Flu Shot Priorities

Related articles

This article appeared November 9, 2005 in the Washington Times.

If our public health authorities really want to make a dent in the toll of flu and pneumonia -- more than 60,000 dead each and every year -- we should stop fooling ourselves. Business as usual means trying to get seniors and the chronically ill (and their care-givers) vaccinated against influenza annually, and against the pneumococcus (a microbe implicated as often causing pneumonia) every seven years or so. Well, that approach hasn't worked.

Flu still kills more than 30,000 Americans every year, mainly among the elderly and sick. Pneumonia takes another 30,000 plus. We should try something new, and evidence exists to support the new plan's efficacy in saving lives: Vaccinate schoolchildren and toddlers against these infectious diseases in addition to the older target group.

The idea of vaccinating one population to rescue another will strike some as counterintuitive -- and may even seem unethical, in an era when groundless scare stories have made many people paranoid about vaccinations. Yet vaccinating the young against flu and pneumonia may be the best way to save the lives of the elderly who might come into contact with them.

The basic dilemma is this: While the elderly, not the young, are likeliest to die from flu or pneumonia, it is the young for whom flu and pneumonia vaccination programs are most effective. Few elderly people seek out the pneumonia vaccine, while the flu vaccine has little protective power, even for the 60 percent of elderly patients who actually get a shot. The best hope for our older population, then, is to prevent flu and pneumonia in the children with whom they come in contact.

We already have some statistical evidence that the plan makes sense: Vaccinating schoolchildren against influenza ("the flu") in Japan in the 1970s and '80s dramatically reduced influenza illness and death among older Japanese. This was due to reduced exposure to sick children among older relatives who lived in the same household (see my letter in the September 26, 2005 Archives of Internal Medicine, "Vaccinate schoolchildren to reduce influenza toll").

And a recent report in the Journal of the American Medical Association (JAMA) indicates vaccinating infants and toddlers against a group of pneumonia-causing bacteria has unintentionally reduced the toll of "invasive pneumococcal disease" (IPD) among older Americans as well (the vaccine is called PCV-7; the serious diseases caused by the pneumococcus are pneumonia, bacteremia, and meningitis).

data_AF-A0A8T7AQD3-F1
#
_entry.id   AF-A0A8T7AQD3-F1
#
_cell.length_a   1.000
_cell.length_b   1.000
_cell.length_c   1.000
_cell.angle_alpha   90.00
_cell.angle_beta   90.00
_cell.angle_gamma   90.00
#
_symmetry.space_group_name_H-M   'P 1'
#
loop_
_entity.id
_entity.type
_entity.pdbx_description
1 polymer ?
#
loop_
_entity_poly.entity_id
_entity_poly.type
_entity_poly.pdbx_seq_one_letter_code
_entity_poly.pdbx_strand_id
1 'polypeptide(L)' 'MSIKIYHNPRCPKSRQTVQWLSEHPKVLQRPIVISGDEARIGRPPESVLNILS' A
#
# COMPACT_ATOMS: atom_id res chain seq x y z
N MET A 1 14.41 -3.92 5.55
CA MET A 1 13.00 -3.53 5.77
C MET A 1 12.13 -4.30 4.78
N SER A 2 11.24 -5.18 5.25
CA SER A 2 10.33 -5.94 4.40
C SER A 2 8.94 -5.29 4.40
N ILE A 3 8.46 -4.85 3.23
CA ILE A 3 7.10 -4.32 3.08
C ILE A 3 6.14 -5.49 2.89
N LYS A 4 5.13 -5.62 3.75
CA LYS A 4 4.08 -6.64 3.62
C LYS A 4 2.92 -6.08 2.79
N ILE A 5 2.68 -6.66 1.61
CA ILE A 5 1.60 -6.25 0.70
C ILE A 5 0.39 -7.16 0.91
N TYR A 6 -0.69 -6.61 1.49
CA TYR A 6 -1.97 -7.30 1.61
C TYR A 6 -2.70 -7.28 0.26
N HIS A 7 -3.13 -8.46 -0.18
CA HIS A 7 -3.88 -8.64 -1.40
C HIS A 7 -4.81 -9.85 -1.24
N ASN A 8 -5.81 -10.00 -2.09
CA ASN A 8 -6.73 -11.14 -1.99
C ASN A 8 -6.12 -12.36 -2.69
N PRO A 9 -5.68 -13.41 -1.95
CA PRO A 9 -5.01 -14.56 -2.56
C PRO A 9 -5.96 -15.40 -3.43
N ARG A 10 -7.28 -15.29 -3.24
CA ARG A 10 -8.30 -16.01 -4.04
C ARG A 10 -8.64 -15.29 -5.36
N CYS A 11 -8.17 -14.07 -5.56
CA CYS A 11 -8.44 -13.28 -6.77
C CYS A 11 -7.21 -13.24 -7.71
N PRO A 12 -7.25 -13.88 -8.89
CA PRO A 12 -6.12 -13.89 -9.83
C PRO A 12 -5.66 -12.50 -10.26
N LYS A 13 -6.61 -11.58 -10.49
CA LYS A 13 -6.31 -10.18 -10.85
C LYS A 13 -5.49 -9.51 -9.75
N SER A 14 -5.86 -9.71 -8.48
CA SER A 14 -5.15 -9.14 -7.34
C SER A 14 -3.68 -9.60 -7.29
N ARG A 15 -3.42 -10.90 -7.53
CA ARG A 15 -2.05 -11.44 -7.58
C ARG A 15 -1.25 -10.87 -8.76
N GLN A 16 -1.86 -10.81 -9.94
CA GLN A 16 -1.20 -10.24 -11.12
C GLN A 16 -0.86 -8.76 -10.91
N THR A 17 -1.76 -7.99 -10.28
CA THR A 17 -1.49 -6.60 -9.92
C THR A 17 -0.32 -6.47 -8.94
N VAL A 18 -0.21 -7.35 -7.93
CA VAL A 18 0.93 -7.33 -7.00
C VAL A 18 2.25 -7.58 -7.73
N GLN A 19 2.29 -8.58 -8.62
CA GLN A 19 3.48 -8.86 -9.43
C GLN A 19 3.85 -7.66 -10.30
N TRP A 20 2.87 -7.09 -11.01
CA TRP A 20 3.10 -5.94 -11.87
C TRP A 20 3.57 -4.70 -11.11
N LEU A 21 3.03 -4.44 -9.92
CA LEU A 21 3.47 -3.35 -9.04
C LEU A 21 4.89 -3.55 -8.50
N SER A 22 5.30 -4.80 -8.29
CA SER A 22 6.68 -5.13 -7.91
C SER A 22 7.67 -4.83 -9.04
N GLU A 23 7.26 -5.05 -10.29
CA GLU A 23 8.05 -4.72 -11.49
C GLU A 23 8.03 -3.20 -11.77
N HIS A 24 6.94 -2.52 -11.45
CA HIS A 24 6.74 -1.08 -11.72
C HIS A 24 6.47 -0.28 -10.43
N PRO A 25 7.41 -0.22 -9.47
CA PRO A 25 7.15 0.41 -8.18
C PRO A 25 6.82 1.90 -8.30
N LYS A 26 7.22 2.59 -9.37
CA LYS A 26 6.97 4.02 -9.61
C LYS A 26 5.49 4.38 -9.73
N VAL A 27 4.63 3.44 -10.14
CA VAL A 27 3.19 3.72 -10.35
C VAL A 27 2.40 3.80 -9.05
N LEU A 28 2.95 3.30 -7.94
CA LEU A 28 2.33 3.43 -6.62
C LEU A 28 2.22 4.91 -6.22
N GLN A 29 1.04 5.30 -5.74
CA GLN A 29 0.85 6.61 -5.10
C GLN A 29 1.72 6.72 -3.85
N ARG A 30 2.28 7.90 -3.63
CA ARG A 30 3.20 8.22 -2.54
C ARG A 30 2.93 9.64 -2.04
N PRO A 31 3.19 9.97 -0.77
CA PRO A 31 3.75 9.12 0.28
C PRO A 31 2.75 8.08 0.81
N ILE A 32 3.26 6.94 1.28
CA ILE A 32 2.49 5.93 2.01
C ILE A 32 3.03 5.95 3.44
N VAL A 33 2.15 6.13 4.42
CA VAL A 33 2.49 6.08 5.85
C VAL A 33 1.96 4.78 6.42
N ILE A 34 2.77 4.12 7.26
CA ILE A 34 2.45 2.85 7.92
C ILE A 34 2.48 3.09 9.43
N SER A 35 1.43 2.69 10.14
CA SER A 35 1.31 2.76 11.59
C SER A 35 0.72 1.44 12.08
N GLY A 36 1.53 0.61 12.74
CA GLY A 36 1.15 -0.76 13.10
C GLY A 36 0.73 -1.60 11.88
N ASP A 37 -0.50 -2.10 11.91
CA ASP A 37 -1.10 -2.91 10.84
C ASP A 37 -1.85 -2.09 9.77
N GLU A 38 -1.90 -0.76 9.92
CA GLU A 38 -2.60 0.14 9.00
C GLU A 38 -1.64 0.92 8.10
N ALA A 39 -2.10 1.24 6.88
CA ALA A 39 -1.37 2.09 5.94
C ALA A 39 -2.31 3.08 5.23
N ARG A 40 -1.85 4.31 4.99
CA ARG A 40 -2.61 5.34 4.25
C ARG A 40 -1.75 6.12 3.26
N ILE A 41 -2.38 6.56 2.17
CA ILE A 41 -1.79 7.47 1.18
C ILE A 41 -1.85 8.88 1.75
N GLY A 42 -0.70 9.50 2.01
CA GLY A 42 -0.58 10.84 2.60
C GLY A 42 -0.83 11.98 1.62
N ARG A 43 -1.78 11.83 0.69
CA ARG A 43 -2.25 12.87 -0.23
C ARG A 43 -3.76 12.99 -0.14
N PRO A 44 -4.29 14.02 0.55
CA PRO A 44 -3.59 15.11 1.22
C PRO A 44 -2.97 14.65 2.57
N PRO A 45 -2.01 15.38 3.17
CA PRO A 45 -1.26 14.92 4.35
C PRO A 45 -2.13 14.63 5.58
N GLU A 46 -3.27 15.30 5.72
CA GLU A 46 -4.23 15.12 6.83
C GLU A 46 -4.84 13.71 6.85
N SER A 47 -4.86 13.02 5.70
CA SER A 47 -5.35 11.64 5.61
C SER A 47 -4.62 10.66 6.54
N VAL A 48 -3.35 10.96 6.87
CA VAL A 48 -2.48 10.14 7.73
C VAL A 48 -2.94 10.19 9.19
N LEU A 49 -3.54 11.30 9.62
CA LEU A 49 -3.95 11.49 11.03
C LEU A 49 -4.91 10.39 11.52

The study was supervised by a multicenter group of physicians, the Active Bacterial Core Surveillance Network. Researchers studied patients from eight U.S. geographical regions with a more than 18 million people. They evaluated IPD incidence in 1998-9 and compared it to 2002-3. (The PCV-7 vaccine was licensed for use in infants and toddlers in March 2000.)

In those over age 50, tpneumococcal pneumonia, bacteremia (bloodstream infection), and meningitis were found to have declined a whopping 28 percent (and the IPD reduction in the target child population -- those under 5 -- was an even more dramatic 75 percent).

The reduction in IPD in the older group was noted to have begun in 2001, the year after the childhood vaccine was introduced. The effect was more pronounced each year thereafter through 2002-3.

Even more impressive: There was a 55 percent decline within that subset of all expected IPD cases specifically associated with the seven variants of pneumococcus in the vaccine.

While there is a "pneumonia vaccine" aimed at older adults, the proportion of seniors who receive this vaccine is minuscule, compared to the at-risk target group.

The flu vaccine -- like all the recommended children's vaccines -- is safe, so vaccinating them to prevent what is an annoyance for them but a lifesaver for their grandparents is quite appropriate. The CDC now recommends a parallel course: pushing booster shots against pertussis (whooping cough) for adults, in whom the disease is relatively benign, to prevent lethal contagion in infants.

Let's focus on a serious problem we should confront here and now: I propose our public health authorities -- the Centers for Disease Control, the National Institutes of Health and the Department of Health and Human Services -- consider endorsing universal vaccination of schoolchildren, and perhaps toddlers too, against both flu and pneumococcus. This is very likely to dramatically reduce the deadly toll of these diseases in older Americans.